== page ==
Most people have felt guilty before. It is an important emotion for people to feel so we know when our actions are wrong. But when we ignore our feelings of guilt, it can lead to the destruction of our conscience. In his play Macbeth, Shakespeare incorporates his idea of guilt into images for the audience.
Part of the witches' conversation This phrase is a metaphor that describes the state of affairs within Macbeth and without in Scotland. Evil and sinister things have taken the place of all that is good and just.
Macbeth is a tyrannous ruler who consorts with witches and "murders" sleep; the kind and venerable King Duncan and Banquo are brutally killed. In the midst of all of this, Inverness becomes a living hell for its inhabitants while Macbeth and his wife suffer from delusions and paranoia.
Description of Macbeth's courage in battle by the bloody captain This metaphor, which likens Macbeth to "valor's minion," is ironic because whereas in this case his daring is advantageous, it is a curse later in the play as Macbeth relentlessly murders innocent subjects.
Banquo to Macbeth about the witches The comparison of the witches to "instruments of darkness" reveals their truly foul nature. Shakespeare is implying through Banquo that the honeyed prophecies of the weird sisters will only bring about Macbeth's downfall.
In addition, since Macbeth listens to the witches, he can be considered an "instrument of darkness" himself. Macbeth to himself about King Duncan's impending death Macbeth compares his indecision about killing Duncan to being on the bank of a river.
It is implied that this is the River Styx, the river that in Greek mythology that the damned had to cross over to enter hell. Macbeth is thus likening his murderous thoughts to a damned soul.
He says that if it were sure that King Duncan's death would have no dire consequences, Macbeth would gladly "jump" cross the river Styx for the "life to come" hell in return for mortal pleasure.
Macbeth to himself about King Duncan By comparing King Duncan's virtues to "angels," Shakespeare implies that Macbeth has no virtues at all. Lady Macbeth to her husband about killing those who are asleep Lady Macbeth's comparison of the sleeping and the dead to "pictures" exemplifies her extraordinary courage and calm state of mind after the murder.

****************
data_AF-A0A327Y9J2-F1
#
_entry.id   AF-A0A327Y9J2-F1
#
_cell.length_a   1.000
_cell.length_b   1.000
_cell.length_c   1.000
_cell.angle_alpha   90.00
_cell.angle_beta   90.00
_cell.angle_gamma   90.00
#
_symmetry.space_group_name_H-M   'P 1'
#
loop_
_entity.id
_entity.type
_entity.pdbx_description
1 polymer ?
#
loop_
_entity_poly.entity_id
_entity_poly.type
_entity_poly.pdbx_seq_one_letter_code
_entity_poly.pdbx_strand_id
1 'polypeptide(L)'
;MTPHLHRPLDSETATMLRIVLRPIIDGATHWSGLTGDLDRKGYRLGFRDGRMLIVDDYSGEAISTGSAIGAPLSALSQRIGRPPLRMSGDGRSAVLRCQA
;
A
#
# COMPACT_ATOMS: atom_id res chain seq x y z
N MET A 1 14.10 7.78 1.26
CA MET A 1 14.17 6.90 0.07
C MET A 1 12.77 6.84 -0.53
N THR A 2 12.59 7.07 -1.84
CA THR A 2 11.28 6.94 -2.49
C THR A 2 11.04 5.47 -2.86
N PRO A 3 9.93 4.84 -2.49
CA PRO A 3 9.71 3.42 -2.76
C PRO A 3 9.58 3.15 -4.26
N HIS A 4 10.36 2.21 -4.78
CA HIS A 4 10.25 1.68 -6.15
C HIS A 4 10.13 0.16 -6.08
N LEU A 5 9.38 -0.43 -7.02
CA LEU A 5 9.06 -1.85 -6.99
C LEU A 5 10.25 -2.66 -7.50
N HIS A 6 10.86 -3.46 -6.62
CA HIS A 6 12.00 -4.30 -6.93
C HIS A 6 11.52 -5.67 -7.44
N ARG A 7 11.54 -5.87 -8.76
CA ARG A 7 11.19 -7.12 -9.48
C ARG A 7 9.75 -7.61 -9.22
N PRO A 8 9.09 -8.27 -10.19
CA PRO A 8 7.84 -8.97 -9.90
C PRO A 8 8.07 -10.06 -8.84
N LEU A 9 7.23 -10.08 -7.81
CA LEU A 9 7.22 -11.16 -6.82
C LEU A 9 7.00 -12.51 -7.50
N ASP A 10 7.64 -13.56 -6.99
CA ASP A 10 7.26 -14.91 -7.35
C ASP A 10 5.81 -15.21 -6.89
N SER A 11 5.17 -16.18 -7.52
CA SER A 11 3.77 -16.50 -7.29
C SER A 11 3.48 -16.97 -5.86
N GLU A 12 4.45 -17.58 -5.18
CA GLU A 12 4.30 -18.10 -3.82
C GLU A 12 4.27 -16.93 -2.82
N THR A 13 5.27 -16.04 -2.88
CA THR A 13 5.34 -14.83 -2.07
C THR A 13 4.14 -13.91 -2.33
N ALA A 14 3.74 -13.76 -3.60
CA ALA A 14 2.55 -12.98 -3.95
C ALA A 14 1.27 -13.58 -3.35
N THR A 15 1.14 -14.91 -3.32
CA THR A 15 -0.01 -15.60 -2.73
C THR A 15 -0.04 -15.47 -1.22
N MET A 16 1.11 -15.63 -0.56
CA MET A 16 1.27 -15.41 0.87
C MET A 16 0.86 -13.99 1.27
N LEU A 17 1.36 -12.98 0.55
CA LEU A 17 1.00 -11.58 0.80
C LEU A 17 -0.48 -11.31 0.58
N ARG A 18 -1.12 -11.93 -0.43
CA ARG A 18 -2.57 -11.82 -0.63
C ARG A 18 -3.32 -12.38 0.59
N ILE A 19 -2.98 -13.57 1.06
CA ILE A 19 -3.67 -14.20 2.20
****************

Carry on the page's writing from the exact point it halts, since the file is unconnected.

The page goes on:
Lady Macbeth should supposedly be faint-hearted because she is a woman; in reality, however, she and her husband have switched roles. The porter to himself Although not technically a metaphor, this phrase is still important because the porter implies that Inverness is the dwelling-place of the devil himself.
Thus, Shakespeare implies that Inverness has both literally and figuratively become a living hell. Macbeth to himself about the status of his soul In this metaphor, Macbeth compares his soul to an almost-empty wine bag.
Indeed, his heinous crime later renders him almost devoid of human emotion and compassion. Macbeth about the witches' prophecies Macbeth laments that although the witches prophesized that he would become king, they also said that Banquo's posterity would possess the throne as well.
His jealousy from this statement induces him to kill Banquo and attempt to kill Fleance. Macbeth to himself about Banquo and Fleance Macbeth likens the dead Banquo to a deceased serpent and his son Fleance to a young snake. This metaphor is important because it implies that Macbeth still considers Fleance a threat even though Banquo is dead.
Macduff to Malcolm about saving Scotland In this metaphor, Macduff compares courage to a "mortal sword. Though all things foul would wear the brows of grace.
Macduff to Malcolm Macduff draws a parallel between Scotland and a beast of burden. Like an abused animal, Scotland is on the verge of collapsing underneath its tyrannous master Macbeth.
It is a tale Told by an idiot, full of sound and fury, Signifying nothing. Macbeth to himself after his wife's suicide In this world-renowned quote, Macbeth compares life to an ineffectual actor.Shakespeare’s use of blood and water are a chilling reminder of the power that guilt may have on people or how a person might overcome guilt, but become emotionally dead.
Macbeth and Lady Macbeth are two characters that are responsible for the bloody actions that occur in Macbeth. Essay on Images, Imagery, Symbols, and Symbolism in Macbeth Words | 7 Pages.
Imagery and Symbolism in Macbeth With its eye-opening plot and interesting cast of characters, William Shakespeare’s play, Macbeth .
In the play Macbeth by William Shakespeare, the motif of animals and nature is a very common one, and come up really often. Shakespeare’s plays are somewhat hard to understand because of the language use, but by using the motifs of animals and nature, he can make it more clear to the reader.
Macbeth, written by playwright William Shakespeare, is a tragedy that takes the audience into the realities of a weak human mind. Macbeth, Thane of Glamis, is prophesied to soon become to the Thane of Cawdor and eventually the King of Scotland by the three ominous Weird Sisters/5().
A Teacher’s Guide to the Signet Classic Edition of William Shakespeare’s Macbeth 3. In the Macbeth of Holinshed's Chronicles, the wife of Macbeth is hardly mentioned. Shakespeare develops the impressive character of an ambitious lady Macbeth from a different story found in the Chronicles.
Theatre’s production of William Shakespeare’s Macbeth. Commentary is primarily based Such is the stuff essays are made of!
Themes, motifs and symbols abound in the text of this William Shakespeare was an actor and a playwright, but also a man of business. He had a product to sell, so he wrote plays that would attract.